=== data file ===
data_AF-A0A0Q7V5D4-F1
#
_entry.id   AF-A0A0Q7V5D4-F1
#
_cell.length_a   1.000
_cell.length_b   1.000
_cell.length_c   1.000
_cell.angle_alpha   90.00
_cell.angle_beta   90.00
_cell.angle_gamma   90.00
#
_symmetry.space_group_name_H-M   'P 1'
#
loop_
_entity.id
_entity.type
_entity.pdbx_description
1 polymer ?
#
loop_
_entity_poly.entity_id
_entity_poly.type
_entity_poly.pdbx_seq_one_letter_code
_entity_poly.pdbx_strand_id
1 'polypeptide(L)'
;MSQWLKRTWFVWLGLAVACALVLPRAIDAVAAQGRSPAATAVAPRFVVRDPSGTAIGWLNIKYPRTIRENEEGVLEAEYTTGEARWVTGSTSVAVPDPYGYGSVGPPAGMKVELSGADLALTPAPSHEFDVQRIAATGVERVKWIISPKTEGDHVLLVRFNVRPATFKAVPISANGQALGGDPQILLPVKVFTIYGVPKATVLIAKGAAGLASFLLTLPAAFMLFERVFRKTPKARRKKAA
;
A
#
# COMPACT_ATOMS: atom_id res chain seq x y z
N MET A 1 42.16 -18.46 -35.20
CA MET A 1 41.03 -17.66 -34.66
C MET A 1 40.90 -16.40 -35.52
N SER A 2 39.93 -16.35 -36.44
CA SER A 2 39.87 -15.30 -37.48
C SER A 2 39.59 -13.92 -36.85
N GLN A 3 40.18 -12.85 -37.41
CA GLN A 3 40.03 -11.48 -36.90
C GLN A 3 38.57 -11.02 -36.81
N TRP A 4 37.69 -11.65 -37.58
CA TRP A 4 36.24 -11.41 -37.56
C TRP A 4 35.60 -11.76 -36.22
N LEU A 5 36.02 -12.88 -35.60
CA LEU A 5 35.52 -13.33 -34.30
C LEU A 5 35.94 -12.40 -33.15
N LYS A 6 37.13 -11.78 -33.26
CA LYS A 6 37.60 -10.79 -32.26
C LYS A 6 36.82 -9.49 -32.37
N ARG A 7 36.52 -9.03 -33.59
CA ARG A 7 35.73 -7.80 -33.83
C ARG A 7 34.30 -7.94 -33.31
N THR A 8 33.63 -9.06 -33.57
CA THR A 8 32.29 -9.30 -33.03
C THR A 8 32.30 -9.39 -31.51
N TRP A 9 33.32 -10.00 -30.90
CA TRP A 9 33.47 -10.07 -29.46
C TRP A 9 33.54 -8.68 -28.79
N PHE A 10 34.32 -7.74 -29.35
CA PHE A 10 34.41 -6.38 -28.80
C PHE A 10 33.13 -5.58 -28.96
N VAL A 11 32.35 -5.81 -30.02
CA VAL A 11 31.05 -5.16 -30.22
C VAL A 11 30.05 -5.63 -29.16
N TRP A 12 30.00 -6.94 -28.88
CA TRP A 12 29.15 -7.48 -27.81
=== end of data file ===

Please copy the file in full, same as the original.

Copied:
data_AF-A0A0Q7V5D4-F1
#
_entry.id   AF-A0A0Q7V5D4-F1
#
_cell.length_a   1.000
_cell.length_b   1.000
_cell.length_c   1.000
_cell.angle_alpha   90.00
_cell.angle_beta   90.00
_cell.angle_gamma   90.00
#
_symmetry.space_group_name_H-M   'P 1'
#
loop_
_entity.id
_entity.type
_entity.pdbx_description
1 polymer ?
#
loop_
_entity_poly.entity_id
_entity_poly.type
_entity_poly.pdbx_seq_one_letter_code
_entity_poly.pdbx_strand_id
1 'polypeptide(L)'
;MSQWLKRTWFVWLGLAVACALVLPRAIDAVAAQGRSPAATAVAPRFVVRDPSGTAIGWLNIKYPRTIRENEEGVLEAEYTTGEARWVTGSTSVAVPDPYGYGSVGPPAGMKVELSGADLALTPAPSHEFDVQRIAATGVERVKWIISPKTEGDHVLLVRFNVRPATFKAVPISANGQALGGDPQILLPVKVFTIYGVPKATVLIAKGAAGLASFLLTLPAAFMLFERVFRKTPKARRKKAA
;
A
#
# COMPACT_ATOMS: atom_id res chain seq x y z
N MET A 1 42.16 -18.46 -35.20
CA MET A 1 41.03 -17.66 -34.66
C MET A 1 40.90 -16.40 -35.52
N SER A 2 39.93 -16.35 -36.44
CA SER A 2 39.87 -15.30 -37.48
C SER A 2 39.59 -13.92 -36.85
N GLN A 3 40.18 -12.85 -37.41
CA GLN A 3 40.03 -11.48 -36.90
C GLN A 3 38.57 -11.02 -36.81
N TRP A 4 37.69 -11.65 -37.58
CA TRP A 4 36.24 -11.41 -37.56
C TRP A 4 35.60 -11.76 -36.22
N LEU A 5 36.02 -12.88 -35.60
CA LEU A 5 35.52 -13.33 -34.30
C LEU A 5 35.94 -12.40 -33.15
N LYS A 6 37.13 -11.78 -33.26
CA LYS A 6 37.60 -10.79 -32.26
C LYS A 6 36.82 -9.49 -32.37
N ARG A 7 36.52 -9.03 -33.59
CA ARG A 7 35.73 -7.80 -33.83
C ARG A 7 34.30 -7.94 -33.31
N THR A 8 33.63 -9.06 -33.57
CA THR A 8 32.29 -9.30 -33.03
C THR A 8 32.30 -9.39 -31.51
N TRP A 9 33.32 -10.00 -30.90
CA TRP A 9 33.47 -10.07 -29.46
C TRP A 9 33.54 -8.68 -28.79
N PHE A 10 34.32 -7.74 -29.35
CA PHE A 10 34.41 -6.38 -28.80
C PHE A 10 33.13 -5.58 -28.96
N VAL A 11 32.35 -5.81 -30.02
CA VAL A 11 31.05 -5.16 -30.22
C VAL A 11 30.05 -5.63 -29.16
N TRP A 12 30.00 -6.94 -28.88
CA TRP A 12 29.15 -7.48 -27.81